After the birds and flowers on the biodiversity day on 31 May 2014, to small animals living in water. Like the flatworm on this photo. This worm was photographed on a small egg spoon with water on it. A macro lens was really necessary to photograph a tiny animal like this. Research still has to find out which flatworm species this is.
Many small animals were caught with a landing net in the ditch near the allotment gardens. Water is rather clean there, so much biodiversity.
There were various leech species. Like Erpobdella octoculata, which was named in 1758 by Linnaeus. And Theromyzon tessulatum; which lives in ducks’ bills. One female Theromyzon tessulatum had eggs.
Bugs included specimens of water boatman; a species which may survive in polluted water. There was also the lesser water boatman. And a much smaller related species: Plea minutissima.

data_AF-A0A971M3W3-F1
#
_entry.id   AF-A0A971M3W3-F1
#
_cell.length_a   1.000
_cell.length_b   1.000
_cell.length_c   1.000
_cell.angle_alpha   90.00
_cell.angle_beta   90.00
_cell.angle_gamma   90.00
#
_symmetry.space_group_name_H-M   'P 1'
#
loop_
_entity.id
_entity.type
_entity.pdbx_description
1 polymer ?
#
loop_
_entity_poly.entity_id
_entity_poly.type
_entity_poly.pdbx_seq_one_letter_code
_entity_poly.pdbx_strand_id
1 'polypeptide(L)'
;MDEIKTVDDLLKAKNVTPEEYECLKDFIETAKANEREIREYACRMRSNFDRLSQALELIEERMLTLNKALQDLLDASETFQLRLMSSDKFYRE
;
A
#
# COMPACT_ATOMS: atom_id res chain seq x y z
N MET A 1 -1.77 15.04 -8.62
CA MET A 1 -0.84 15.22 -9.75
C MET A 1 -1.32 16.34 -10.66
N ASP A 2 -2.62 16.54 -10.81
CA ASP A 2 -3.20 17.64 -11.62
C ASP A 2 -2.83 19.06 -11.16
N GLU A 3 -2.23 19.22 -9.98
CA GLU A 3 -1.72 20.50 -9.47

And a saucer bug as well.
There were nymphs of various damselfly species.
Crustaceans were represented by an aquatic sowbug.
And mollusks by a common bladder snail.
Meanwhile, a reed warbler sang.
There were various, still small, common newt larvae.
Among the very smallest animals were Cyclops and Daphnia crustaceans.
Not in the ditch, but in reed beds along the ditch: a beetle species, Donacia vulgaris.
Edible frog sound.
One very small fish is caught. Too young still to say which species. Among fish species living in this ditch are: northern pike, perch, ninespine stickleback and spined loach.
A water mite. One of scores of species in this ditch.
Finally, a great silver water beetle larva.
After the research, all animals went back into the ditch.
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To reproduce, bizarre flatworm may have sex with own head:
Zoologists reported the “first described example
of hypodermic self-injection of sperm into the head.”
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